Randall Kenan was born on March 12, 1963, and from Brooklyn, New York, United States. He was an award-winning author and an English professor at the University of North Carolina.
On August 28, 2020, he passed away at the age of 57 and his cause of death was not immediately released. Terry Rhodes, Dean of UNC’s College of Arts & Sciences, told WRAL.
“He was one of the leading lights at Carolina. He was a Tar Heel alumnus, a native North Carolinian who loved writing about his roots, beloved by his students, a mentor to younger writers, and a master craftsman and storyteller. We will miss him greatly.”
Later, The Oprah Magazine wrote on Twitter “Sending our sincerest condolences to the family of writer and teacher Randall Kenan, who passed away last night. Thank you for sharing your gift with the world, including the last short story we published.”
He attended the University of North Carolina at Chapel Hill and graduated in 1985 with degrees in English and Creative Writing. After a few months after graduation, he received an offer to work for the publication company Random House in New York City.
Then, he got a job at Alfred A. Knopf as a receptionist and worked at Knopf for only two months before he was promoted to assistant to the executive vice president, where he remained in that position for five years.
In 1992, he published novel, A Visitation of Spirits and after publishing his book he then began teaching at three different universities part-time. Currently, he was a full-time professor of English at the University of North Carolina, Chapel Hill.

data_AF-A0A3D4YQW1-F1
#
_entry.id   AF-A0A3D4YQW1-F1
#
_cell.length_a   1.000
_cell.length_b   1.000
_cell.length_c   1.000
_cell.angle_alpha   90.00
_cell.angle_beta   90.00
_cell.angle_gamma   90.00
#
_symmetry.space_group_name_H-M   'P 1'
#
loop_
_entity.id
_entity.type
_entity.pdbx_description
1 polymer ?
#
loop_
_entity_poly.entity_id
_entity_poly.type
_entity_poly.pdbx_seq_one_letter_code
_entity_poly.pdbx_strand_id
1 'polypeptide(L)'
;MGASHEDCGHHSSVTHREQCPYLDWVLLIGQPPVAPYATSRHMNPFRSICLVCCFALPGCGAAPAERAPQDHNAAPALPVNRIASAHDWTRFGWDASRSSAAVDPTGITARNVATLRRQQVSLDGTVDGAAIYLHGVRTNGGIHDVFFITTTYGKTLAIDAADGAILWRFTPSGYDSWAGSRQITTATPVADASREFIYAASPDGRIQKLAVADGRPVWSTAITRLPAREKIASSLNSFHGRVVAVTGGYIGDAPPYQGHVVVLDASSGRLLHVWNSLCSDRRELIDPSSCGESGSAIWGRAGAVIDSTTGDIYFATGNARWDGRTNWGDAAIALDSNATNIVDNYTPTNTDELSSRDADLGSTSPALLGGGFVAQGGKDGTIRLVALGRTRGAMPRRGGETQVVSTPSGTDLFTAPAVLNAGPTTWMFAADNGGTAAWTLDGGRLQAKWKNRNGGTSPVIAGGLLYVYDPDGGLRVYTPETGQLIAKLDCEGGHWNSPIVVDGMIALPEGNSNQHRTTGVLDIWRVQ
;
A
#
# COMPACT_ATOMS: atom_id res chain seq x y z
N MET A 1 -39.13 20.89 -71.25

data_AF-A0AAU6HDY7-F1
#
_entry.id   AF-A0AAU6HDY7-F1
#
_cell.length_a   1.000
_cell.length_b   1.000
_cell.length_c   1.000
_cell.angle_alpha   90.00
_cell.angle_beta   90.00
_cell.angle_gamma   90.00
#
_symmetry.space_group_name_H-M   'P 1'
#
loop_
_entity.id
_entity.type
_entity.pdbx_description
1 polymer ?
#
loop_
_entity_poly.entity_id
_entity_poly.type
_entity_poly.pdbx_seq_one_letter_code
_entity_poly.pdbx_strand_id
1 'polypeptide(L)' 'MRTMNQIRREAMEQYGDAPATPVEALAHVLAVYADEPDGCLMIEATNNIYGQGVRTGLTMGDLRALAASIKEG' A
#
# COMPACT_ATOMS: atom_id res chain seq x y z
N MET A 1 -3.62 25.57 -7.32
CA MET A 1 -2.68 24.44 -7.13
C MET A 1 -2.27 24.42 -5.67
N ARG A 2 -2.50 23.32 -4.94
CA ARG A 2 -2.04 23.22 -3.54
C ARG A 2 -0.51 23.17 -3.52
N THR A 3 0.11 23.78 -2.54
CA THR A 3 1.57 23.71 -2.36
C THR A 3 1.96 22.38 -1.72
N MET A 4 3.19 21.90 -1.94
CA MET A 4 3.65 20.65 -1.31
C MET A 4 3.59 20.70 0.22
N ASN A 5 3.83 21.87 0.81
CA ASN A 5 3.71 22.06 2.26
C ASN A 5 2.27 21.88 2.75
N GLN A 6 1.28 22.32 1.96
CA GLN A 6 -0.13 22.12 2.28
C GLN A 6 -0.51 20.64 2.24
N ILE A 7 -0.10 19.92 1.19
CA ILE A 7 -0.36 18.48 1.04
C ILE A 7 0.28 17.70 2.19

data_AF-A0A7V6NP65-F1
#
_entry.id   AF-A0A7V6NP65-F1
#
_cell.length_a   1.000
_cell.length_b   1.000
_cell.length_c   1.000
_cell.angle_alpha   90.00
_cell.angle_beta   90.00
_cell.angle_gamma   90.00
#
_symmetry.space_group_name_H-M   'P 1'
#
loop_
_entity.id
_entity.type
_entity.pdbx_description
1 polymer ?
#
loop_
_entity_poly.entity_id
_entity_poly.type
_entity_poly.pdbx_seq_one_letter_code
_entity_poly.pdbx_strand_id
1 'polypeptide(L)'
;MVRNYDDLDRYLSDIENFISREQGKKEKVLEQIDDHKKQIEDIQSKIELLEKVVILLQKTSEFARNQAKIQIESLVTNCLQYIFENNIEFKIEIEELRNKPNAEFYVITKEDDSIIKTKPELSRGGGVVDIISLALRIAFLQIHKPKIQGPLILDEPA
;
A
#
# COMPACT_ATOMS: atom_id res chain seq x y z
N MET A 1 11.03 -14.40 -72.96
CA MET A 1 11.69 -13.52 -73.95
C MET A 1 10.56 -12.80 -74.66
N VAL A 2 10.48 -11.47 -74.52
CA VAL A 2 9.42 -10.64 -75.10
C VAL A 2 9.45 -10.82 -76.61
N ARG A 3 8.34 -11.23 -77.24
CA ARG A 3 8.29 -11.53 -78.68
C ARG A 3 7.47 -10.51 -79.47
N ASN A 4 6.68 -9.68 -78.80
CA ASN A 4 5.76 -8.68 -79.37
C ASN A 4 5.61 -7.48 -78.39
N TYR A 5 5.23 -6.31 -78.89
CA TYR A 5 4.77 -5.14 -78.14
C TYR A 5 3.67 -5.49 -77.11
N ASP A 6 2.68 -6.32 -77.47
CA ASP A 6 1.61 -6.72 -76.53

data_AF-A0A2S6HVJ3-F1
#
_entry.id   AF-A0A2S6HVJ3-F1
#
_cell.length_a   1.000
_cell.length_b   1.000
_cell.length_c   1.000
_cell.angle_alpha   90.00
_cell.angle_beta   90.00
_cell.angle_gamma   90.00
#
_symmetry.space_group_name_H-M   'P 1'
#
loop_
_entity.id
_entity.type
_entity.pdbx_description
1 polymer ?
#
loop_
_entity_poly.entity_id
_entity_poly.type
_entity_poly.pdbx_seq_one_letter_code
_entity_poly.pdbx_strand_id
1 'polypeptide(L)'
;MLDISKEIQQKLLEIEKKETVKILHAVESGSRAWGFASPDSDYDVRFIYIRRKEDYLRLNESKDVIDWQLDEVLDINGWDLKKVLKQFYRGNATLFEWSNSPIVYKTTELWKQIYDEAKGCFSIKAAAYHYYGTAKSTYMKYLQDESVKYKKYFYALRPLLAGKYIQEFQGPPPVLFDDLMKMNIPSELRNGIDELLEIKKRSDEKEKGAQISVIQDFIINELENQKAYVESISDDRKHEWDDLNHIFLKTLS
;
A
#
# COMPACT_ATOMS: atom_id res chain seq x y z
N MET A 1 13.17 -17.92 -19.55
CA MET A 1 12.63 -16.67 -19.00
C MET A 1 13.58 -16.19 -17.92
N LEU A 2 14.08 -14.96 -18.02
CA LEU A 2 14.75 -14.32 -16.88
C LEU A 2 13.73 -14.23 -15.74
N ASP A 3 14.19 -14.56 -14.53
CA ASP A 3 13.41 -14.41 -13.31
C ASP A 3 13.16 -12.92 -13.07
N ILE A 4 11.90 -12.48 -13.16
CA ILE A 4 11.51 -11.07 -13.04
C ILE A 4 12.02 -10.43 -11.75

However, his first novel, A Visitation of Spirits did not receive much attention. Then, Kenana published the second book, a collection of short stories titled Let the Dead Bury Their Dead, and these stories, based in the fictional community of Tims Creek, focused on what it meant to be poor, black, and gay in the southern United States.
Later, his book was nominated for the Los Angeles Times Book Award for Fiction, was a finalist for the National Book Critics Circle Award, and was named a New York Times Notable Book.
Also, Kenan published a young adult biography of gay African American novelist and essayist James Baldwin in 1993 and also published Walking on Water: Black American Lives at the Turn of the Twenty-first Century (1999). In 2007, Kenan published The Fire This Time, and its a work of nonfiction.
In his career, he won several awards which include Guggenheim Fellowship, a Whiting Award, the Sherwood Anderson Award, the John Dos Passos Prize, and the Rome Prize from the American Academy of Arts and Letters.
How old was Randall Kenan? He was born on March 12, 1963, and from Brooklyn, New York, United States, he was 57 years old during his time of death.
However, there is less information about his father and mother, but he lived with his grandparents and they ran a dry-cleaning business.